James Wyatt Whitehead

            Mr. McCarthy. I will give you a salute. Not the middle finger either. 145 comments and rolling. Thank you. This has been a good back and forth.

          2. James McCarthy Avatar
            James McCarthy

            Thanx. The issues are monumental and will recur in any number of forms and circumstances.

  7. James C. Sherlock Avatar
    James C. Sherlock

    Mr. McCarthy certainly has taken us on a wild ride.

    He attacks political compromise, the heart of a republican form of government, as “cover” for politicians.

    Back to basics.

    This court both in Dobbs and in West Virginia vs. EPA ruled that the legislatures, state legislatures in Dobbs and the Congress in West Virginia vs. EPA must play their constitutional roles.

    That the constitution itself does not protect abortion or the administrative state.

    The author here sees Dobbs as delivering Kafkaesque laws “a kraken-worthy pandemic of civic monsters to rival that of Greek mythology”.

    It reminds of the origins of progressivism. Progressives do not trust our republican form of government, and from the beginning of the movement have wanted to substitute “experts”, as defined by progressives, to make decisions. Laws as “a kraken-worthy pandemic of civic monsters” captures the theme with elan.

    From that has come 100 years of the decline of the legislative branches and the rise of the administrative state. The judiciary, when in the hands of progressives, has accelerated the trend to diminish legislative authority with such rulings as Roe and Casey.

    This Court is returning to the people and their representatives the right to make core decisions about core political questions unaddressed in the Constitution. It is about time.

    See the entire syllabus of the Dobbs ruling at https://www.nationalreview.com/wp-content/uploads/2022/06/Dobbs_Opinion.pdf

    1. James McCarthy Avatar
      James McCarthy

      Nice try! The diminishment, it would seem according to your view, commenced when the Court wrote Marbury v Madison clipping Congress’s wings. That decision is not based upon any specific words in the Constitution. At the same time, Congress in its legislative wisdom enacted laws granting administrative authority to agencies involving “core political questions unaddressed in the Constitution.” All accomplished by “progressives” intent upon destroying the Republican form of government? Made a perfect circle by progressive courts!! Your pride and confidence in a radical Court augurs exactly the contemporary fault in conservative logic and theory. It ain’t about “basics” but loss of control. Steve Bannon, the iconic deconstructionist of the administrative state, begins trial on July 18. I’m sure there’s a defense fund to which you can contribute.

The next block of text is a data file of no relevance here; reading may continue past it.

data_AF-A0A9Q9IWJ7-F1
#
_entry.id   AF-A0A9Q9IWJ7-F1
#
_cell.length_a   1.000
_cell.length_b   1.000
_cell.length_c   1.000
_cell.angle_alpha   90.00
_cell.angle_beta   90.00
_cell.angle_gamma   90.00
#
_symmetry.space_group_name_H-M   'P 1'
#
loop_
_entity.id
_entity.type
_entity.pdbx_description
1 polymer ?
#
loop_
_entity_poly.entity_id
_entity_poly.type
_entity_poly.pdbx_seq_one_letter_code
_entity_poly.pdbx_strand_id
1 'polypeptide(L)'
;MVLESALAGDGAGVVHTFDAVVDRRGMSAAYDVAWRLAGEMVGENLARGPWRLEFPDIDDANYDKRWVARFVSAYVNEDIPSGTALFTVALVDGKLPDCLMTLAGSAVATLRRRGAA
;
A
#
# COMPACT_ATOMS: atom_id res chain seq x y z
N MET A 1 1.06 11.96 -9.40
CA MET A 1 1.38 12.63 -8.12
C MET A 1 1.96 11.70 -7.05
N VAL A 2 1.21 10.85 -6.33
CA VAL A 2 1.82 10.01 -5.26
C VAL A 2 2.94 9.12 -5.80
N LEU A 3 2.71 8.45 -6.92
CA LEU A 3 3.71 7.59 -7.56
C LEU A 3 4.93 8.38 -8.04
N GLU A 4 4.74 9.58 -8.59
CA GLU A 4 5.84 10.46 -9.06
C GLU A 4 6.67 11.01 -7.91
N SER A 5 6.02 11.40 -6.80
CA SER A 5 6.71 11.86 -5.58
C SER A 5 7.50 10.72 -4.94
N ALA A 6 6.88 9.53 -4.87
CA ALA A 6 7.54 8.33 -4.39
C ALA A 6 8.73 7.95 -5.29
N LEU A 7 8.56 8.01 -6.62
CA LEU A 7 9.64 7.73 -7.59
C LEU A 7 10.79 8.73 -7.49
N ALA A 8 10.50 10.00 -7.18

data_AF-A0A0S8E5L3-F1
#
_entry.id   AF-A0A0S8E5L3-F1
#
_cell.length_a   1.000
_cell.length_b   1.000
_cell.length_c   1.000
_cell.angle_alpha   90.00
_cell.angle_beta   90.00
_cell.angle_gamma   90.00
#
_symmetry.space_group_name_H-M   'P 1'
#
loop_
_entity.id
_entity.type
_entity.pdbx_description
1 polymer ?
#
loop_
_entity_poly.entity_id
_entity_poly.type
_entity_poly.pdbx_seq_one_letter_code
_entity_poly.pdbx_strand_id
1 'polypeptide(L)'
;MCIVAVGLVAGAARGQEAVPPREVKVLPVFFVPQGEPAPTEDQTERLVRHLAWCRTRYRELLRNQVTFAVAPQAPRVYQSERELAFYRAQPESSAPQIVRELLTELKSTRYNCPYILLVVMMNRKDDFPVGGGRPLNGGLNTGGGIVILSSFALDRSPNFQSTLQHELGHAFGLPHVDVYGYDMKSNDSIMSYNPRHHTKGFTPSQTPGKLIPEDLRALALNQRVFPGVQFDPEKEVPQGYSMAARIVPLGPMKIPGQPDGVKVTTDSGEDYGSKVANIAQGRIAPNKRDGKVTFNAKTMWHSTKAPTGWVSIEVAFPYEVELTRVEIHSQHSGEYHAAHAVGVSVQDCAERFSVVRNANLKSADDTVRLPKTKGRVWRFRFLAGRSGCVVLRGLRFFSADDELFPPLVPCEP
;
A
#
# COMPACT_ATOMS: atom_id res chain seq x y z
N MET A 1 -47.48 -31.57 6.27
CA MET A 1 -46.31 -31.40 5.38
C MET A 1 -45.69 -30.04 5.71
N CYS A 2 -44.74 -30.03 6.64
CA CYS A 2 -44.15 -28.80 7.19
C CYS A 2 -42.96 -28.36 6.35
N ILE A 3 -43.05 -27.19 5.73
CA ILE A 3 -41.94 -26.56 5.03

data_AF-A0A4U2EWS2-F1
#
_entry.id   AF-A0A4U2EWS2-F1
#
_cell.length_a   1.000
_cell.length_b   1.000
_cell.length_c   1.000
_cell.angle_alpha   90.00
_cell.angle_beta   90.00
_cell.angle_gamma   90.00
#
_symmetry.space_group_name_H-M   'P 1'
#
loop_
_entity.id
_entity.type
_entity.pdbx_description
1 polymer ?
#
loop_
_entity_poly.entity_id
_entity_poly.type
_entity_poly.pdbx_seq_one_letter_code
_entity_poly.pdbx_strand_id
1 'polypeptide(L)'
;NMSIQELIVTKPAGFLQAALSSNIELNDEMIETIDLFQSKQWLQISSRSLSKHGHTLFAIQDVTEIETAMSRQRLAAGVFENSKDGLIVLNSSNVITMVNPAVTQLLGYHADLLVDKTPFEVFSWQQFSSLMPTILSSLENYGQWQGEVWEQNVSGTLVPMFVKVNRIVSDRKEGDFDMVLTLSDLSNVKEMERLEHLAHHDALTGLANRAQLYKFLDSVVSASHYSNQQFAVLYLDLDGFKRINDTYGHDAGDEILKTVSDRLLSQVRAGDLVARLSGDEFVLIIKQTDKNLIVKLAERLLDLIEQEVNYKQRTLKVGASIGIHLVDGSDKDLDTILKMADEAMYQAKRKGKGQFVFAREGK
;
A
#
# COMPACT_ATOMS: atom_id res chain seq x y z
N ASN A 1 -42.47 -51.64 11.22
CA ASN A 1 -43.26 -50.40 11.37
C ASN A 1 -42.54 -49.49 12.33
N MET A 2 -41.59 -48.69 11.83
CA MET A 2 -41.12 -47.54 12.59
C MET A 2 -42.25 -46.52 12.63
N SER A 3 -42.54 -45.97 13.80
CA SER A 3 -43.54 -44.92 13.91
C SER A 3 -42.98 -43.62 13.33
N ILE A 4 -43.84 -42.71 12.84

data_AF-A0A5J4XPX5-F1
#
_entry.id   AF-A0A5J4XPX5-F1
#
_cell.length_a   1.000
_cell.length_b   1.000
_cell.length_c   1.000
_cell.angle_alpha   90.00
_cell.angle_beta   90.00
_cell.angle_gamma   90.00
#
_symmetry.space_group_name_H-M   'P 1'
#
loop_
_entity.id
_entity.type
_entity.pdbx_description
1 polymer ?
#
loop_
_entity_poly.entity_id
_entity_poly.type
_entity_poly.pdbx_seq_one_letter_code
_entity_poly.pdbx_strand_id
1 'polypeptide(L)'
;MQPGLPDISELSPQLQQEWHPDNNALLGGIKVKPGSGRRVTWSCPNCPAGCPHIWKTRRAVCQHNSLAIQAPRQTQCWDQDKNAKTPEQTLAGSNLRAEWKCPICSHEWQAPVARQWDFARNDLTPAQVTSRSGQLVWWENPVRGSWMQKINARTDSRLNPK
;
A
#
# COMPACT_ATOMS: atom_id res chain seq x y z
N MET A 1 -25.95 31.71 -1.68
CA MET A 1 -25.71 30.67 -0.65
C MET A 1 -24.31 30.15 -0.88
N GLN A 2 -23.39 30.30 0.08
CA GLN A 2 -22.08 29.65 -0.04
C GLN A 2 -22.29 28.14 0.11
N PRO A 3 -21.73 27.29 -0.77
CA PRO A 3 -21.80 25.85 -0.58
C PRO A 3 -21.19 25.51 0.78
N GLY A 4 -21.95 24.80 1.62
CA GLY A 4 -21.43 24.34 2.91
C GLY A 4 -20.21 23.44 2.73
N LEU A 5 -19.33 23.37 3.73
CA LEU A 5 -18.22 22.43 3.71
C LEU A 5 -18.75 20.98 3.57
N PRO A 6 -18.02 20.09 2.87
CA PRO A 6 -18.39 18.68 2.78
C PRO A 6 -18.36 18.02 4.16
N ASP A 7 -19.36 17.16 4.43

1. James C. Sherlock Avatar
        James C. Sherlock

        You are not nearly the only lawyer who:

        – Prefers regulation to legislation. No compromises necessary in regulation. The administrate state publishes a draft rule, takes a million comments objecting, incorporates those that fit the agency-desired outcome, and adopts it.

        – Prefers the courts to the legislatures until it doesn’t work out for him.
        —Progressive judges: good. Get to the right Court of Appeals: good. Get to the right state Supreme Court: good. Get to the current United States Supreme Court: bad
        —Conservative and moderate judges: bad. Same with juries.
        —Progressive attorneys can’t venue shop with legislatures. Bad.

        I don’t object to that progressive strategy. It is unfortunately increasingly common. I just don’t share it. If it gets common enough, it will shape the laws.

        So hang in there.

        1. James McCarthy Avatar
          James McCarthy

          You are not the only conservative who mistakes and attributes opinions by education. I’m saddened that you outline so many bullet points reflecting your feelings of rejection and lack of impact upon the public policies of jurisdictions. So, you hang in there! Dobbs is a victory for you. BTW, some attorneys like those on the Court think as you do. Have at it!

          1. James C. Sherlock Avatar
            James C. Sherlock

            Did not mean to sadden.

          2. James McCarthy Avatar
            James McCarthy

            No problem. Like continuing to mask in public, I have respect for my fellow human beings. Not sad. Just concerned.

          3. YellowstoneBound1948 Avatar
            YellowstoneBound1948

            Good grief, Captain. Why are you still communicating with this guy?

          4. LarrytheG Avatar
            LarrytheG

            boy , your threat to leave was fake, eh?

          5. James C. Sherlock Avatar
            James C. Sherlock

            Jim,
            I think my “bullet points” describe an analytical process that any lawyer with a client seeking a progressive outcome would go through to create a strategy to best serve his client’s interests.

            Nothing there is illegal. Indeed, that lawyers’ role in the judicial system would compel him to create such a strategy if it could be funded either by the client or pro bono.

            That is why I don’t object to it.